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Three sets of escalators for nine flights from the subway tracks up to the surface. Jules Verne didn’t know you could actually go this deep. They say the tracks are at a level below that of a river – a river no one recalls any longer, it too flowing underneath the city. So cell phones have no reception, and as the flow of passengers gushed out at rush hour slides up in single file – The Train Terminates Here; The Train Terminates H… – the beeps of messages and missed calls come back to life. Some start at the seventh flight up, some at the eighth; so the silence in the bowels of the earth strikes with no awe anymore. And the owners of older models shake their phones convulsively to get them to pick any signal back at all.


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Cher is in Vegas and you can fly out to see her. And talk to her backstage. The revolving billboard slides in some nasal spray, get rid of congestion and back to your day; no day seems worth it unless you fly out and see her – Cher, again – light-blue, young, divine. She slides back. Then there are other events in this town and those preferred flyers or paper of cheaper quality, too light not to swirl around in the chilly wind. It’ll be daybreak before Personnel will clean up the crumpled mass of fantastic evenings not to be missed.

In response to: https://carrotranch.com/2018/11/15/november-15-flash-fiction-challenge/


An unusual post to thank all those who came out last night and participated in our first interactive and bilingual exhibit #I am the Passenger.

This imaginary trip through town couldn’t have been any better. Thanks.

The exhibit will run till November 17.


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He bets, this fair-skinned young creature that all passengers today are complaining about the heat, like he knows all the languages in the world! It is hot, though, and it’s come unexpected. While old trains clatter along, and shrewd locals know it’s best to avoid them, new trains are like refrigerators on wheels, and AC pumping out at full blast is cheered or rejected with relief or impatience – the youngish blonde would have no problem recognizing feelings here, sighs and snorts being a sort of universal language. Going up from underground there’s only twelve people and they move like ants, a feeling never appreciated when there’s a full crowd trudging randomly along – wind comes up from the tunnels and mixes with the breeze from outside, some put a hand in defense of their throats. We walk out. It’s raining on this side of town!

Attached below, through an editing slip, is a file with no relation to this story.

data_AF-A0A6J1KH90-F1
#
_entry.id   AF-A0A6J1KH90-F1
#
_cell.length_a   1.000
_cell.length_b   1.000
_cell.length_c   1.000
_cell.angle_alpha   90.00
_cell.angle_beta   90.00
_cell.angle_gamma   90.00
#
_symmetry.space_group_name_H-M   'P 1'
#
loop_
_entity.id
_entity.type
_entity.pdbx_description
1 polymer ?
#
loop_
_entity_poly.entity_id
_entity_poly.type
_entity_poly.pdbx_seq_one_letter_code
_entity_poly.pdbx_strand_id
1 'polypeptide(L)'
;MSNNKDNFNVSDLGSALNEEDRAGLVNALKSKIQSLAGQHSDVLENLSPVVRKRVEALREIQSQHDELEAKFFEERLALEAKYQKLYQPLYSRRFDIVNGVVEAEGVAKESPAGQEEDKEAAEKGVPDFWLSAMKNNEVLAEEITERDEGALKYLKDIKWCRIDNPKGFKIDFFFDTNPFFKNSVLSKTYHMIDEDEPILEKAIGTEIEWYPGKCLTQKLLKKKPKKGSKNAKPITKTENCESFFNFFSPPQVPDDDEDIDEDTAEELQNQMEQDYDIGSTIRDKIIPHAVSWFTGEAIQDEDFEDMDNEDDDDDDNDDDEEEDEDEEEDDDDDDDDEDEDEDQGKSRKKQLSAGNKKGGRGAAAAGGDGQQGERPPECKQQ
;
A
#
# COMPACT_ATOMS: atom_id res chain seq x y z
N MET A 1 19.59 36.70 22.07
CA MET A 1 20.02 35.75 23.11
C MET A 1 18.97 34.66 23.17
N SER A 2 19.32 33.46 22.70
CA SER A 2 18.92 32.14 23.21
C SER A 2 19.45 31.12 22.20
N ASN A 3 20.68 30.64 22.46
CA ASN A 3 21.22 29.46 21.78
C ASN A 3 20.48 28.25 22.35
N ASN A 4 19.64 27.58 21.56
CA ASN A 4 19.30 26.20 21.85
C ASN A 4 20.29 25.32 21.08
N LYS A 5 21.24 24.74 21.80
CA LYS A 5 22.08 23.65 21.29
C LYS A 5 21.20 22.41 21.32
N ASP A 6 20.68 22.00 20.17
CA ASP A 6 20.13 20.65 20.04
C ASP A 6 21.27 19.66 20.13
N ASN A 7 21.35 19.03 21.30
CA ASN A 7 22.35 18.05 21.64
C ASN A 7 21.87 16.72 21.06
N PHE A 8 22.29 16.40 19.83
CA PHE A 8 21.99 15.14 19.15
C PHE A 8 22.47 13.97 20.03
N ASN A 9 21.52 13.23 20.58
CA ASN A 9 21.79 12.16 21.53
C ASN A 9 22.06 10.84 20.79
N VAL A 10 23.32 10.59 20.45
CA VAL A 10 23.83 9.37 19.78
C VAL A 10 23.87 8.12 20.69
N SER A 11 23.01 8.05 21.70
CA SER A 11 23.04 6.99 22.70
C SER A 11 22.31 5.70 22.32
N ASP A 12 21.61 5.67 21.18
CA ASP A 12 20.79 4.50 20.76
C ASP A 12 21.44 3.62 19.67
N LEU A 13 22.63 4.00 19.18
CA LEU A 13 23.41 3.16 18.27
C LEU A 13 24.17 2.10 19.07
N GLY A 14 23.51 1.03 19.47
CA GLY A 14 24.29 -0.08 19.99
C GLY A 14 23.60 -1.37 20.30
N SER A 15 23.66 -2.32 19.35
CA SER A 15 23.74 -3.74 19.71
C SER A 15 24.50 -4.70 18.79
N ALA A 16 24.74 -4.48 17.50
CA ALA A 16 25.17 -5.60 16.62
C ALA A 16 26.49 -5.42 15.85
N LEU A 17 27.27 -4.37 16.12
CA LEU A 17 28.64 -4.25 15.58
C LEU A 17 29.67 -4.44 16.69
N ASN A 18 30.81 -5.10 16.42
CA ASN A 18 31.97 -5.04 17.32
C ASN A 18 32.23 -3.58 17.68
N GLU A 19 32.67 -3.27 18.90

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On-the-subway-for-spare-change, “with a white string I can make stand straight and hard, look!” leaps into the intermittent morning waltz of in…and-out, back…and-forth, you…getting-off?. When in the middle of his feat of magic the poor-Bosnian-I-live-in-a-shack with-this-little-girl please-help-me “20 cents to buy milk” gets on and sees the Amazing-Magician-from-India-etc…

The who-drowns-out-who challenge is on! Yeah! No.

“Please,” she starts, “ladies and gent…” then breaks off, gets off, the code of conduct of the beggars who can’t choose which train to ticketless-ly attack. “The white string stands straight and hard, look!” Not much change, though, in the worn-out Kullu cap.

In response to: https://carrotranch.com/2018/09/06/september-6-flash-fiction-challenge/


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Look! And he pointed; and he could because it wasn’t a person he was pointing at, or so it seemed, otherwise good manners would have prevented the action, resorting to some sort of verbal explanation – funny how in these circumstances the instinctual response must be the drilled-in consequence of years being brought up a certain way. This was through the big window of a bus, leaving downtown behind and heading north (the acquainted faces at that hour could already see the route and every stop), and by the time all this was over, they’d rolled on, quite noisily, potholes and street bumps and all – so what was it? The bookstore all lit up, the Grand Hotel, a palm tree swinging in the breeze, the amusing walk of puffy jacket & flip-flops? Wait, that was a person, so how about good manners? Gosh, it was all gone!